Parents stand outside the Tipton County Board of Education Friday morning, protesting the reinstatement of a mask mandate. (The Leader/Echo Day)

A small group of parents and grandparents stood outside the Tipton County Board of Education office Friday morning, protesting the mask mandate approved at Thursday night’s school board meeting.

There were no signs being held up, like you’d usually see at a protest, but the passion behind their argument was certainly there.

Worried about retaliation from community members and biased reporting, they did not wish to be identified or to go on record but did discuss their concerns with The Leader. They feel blindsided by Thursday’s vote, among other things.


There are questions about why those in the minority – that is, the number of those wearing masks in schools – are overruling the majority, those who have chosen not to send their children to school with masks.

“About 10 percent,” director of schools Dr. John Combs told school board member and retired principal Isaiah Davidson Thursday when asked how many students were wearing masks. “There were not as many as I thought.”

Why they’re protesting

Wearing masks has been a controversial subject since the start of the pandemic. There are arguments for wearing them because experts suggest they keep the virus from transmitting.

Those who showed up Friday to oppose the mandate said masking healthy people, including children, is unnecessary and medically unsound. They’re worried students are breathing in carbon dioxide and fighting against their own bodies. They’re worried about asthma, panic attacks, anxiety, the lasting effects of seeing limited facial expressions, and the development of language in smaller children. And they said there’s no proof masks even work to help slow the spread of COVID-19, suggesting the packaging on disposable masks warn they do not help.

They also want to know what happened to the common cold, the flu and allergies during the pandemic.

Relatively speaking, one mother said, with 61,000 residents having only 492 confirmed cases was a low number of people with COVID. Eighty of those are cases in school-aged children.

The daily new case rate is 72.8 per 100,000 residents, the positivity rate is 18.6 percent.

Tipton County also added another death this week.

They’re not saying COVID isn’t real, another mother made that very clear, and they said it’s not about the masks themselves but about the freedom to choose. They’re angry they’re not being able to make the decision after the initial guidance at the return to school was that masks were going to be encouraged but not required.

“They belong to us, they don’t belong to the school board,” another mother said. “The medical decisions belong to the parents.”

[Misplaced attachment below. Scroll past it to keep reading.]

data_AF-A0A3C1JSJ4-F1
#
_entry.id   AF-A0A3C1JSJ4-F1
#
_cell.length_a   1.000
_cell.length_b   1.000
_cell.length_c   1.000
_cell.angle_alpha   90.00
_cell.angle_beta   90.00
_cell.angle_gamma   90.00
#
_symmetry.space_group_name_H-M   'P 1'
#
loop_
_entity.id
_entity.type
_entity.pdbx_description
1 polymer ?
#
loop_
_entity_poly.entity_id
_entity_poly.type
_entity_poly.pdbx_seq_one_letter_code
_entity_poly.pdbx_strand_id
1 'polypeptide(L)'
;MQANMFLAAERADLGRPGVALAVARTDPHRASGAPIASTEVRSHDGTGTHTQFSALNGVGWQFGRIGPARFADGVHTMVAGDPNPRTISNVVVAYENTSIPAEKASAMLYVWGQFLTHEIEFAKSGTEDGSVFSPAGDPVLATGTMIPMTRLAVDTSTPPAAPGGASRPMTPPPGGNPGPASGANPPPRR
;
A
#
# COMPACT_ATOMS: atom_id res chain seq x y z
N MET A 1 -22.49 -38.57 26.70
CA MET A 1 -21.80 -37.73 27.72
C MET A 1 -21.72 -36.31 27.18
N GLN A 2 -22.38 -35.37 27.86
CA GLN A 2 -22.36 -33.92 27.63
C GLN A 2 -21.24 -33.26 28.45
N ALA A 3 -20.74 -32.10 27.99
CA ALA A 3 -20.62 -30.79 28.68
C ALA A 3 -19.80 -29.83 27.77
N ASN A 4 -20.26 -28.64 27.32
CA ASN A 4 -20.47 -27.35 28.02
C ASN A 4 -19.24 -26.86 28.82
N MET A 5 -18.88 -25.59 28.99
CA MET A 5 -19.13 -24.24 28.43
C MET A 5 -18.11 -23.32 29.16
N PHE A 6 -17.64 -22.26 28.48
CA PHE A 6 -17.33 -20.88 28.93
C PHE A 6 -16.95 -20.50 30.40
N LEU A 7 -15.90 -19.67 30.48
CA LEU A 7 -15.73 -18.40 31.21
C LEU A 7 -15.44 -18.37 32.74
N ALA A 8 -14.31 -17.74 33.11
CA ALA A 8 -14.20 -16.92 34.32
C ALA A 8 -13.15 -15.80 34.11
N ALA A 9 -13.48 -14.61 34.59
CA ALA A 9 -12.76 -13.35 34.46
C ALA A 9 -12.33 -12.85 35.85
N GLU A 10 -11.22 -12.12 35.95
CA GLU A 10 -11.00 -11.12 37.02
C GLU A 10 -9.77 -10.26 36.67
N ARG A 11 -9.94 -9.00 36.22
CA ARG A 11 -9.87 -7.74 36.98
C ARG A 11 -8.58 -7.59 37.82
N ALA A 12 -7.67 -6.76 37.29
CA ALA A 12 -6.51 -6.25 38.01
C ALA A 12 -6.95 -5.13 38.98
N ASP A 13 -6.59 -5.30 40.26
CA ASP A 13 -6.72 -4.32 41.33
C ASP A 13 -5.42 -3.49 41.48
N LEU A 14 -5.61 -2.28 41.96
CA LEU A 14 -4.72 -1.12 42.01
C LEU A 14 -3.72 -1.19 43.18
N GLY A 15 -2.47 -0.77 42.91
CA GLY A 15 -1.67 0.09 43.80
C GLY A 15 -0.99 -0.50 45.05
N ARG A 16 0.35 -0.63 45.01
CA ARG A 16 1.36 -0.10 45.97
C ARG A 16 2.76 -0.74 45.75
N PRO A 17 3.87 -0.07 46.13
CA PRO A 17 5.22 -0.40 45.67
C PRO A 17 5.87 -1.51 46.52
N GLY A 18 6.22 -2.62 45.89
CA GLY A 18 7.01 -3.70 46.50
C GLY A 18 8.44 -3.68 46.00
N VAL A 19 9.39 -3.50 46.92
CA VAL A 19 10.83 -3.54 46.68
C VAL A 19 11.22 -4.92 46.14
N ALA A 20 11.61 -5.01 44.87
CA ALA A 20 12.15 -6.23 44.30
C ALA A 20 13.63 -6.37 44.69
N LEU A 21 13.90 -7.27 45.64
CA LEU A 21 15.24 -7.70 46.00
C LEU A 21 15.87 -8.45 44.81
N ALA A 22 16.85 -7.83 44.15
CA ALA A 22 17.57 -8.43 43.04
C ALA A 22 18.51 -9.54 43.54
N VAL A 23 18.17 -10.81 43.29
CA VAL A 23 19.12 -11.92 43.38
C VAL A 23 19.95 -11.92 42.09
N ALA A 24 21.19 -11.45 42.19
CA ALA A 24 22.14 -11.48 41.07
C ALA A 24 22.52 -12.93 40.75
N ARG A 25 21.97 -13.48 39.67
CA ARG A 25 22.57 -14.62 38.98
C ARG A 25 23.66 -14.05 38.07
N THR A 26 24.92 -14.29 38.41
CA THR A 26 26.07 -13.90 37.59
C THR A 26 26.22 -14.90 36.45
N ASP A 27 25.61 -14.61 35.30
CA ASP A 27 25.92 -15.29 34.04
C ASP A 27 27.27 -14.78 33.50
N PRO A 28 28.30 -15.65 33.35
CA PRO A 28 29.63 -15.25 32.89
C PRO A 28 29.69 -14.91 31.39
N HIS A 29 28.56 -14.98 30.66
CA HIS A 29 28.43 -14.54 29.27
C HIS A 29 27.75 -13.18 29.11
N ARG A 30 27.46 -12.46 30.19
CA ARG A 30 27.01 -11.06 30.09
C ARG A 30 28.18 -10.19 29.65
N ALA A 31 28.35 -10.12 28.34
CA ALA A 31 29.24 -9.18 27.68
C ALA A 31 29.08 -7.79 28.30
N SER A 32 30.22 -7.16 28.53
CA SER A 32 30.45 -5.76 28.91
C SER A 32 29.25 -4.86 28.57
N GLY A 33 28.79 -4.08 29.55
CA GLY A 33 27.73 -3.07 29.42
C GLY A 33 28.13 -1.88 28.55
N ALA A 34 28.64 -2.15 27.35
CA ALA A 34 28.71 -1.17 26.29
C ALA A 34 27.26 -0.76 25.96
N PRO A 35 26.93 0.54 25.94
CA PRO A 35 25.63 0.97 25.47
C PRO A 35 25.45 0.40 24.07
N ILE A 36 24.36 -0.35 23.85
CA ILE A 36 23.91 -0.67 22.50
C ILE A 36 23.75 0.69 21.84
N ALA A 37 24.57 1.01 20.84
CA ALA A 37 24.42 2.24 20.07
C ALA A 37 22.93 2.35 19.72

A slippery slope?

They’re also worried this is the first step in losing other freedoms.

One father at the board of education Friday wanted to know what gave the school board the authority to mandate masks.

In April Gov. Bill Lee declared COVID-19 was no longer a public health threat and ended the state of emergency. Since then, the general assembly has passed several rules which make the authority to close businesses and schools and mandate masks a little unclear.

There is currently no state of emergency in Tennessee and county mayors cannot mandate masks, however local school boards can.

The father wants to know how he could get a refund on his taxes, or perhaps a voucher, so that he could give those funds to a public or private school he considers to be acting in the best interests of his children.

They’re frustrated, most especially, because they do not feel heard.

The vote, which they believe was planned and not on the agenda so those opposing a mandate would not attend to speak out against it, came out of nowhere.

Combs said he was caught off-guard by it as well.

“I understand their frustrations. I wasn’t prepared for a mask mandate, either, but I work for the will of the school board.”

They want to know why, if COVID-19 is such an emergency issue, the mandate was not implemented the day after the meeting. Combs said it was because he and school health coordinator Sherrie Yarbro had to update the verbiage and information.

The mandate goes into effect on Aug. 16 and will last, at least, until Sept. 9. Children will be asked to wear masks when they cannot socially distance in school and on the bus.

Playgrounds will remain open and there are not currently any masking or distancing requirements at the athletic fields and stadiums (that decision has to be made by the Tennessee Secondary Schools Athletic Association).

Protests will continue

The group of parents and grandparents want to talk with school board members and want them to consider holding a special called meeting for more discussion and more input from parents. They said they felt like being there, protesting, was the only recourse they had between now and the next meeting on Sept. 9.

They plan to return to Monday morning at 7:30 a.m. for another protest. They just want to have the ability to choose.

“How would people feel if we told them not to wear masks?” a third mother questioned. “Our choice was just taken away.”

Echo Day
Author: Echo Day

Echo Day is an award-winning journalist, photographer and designer. She is currently The Leader's managing editor.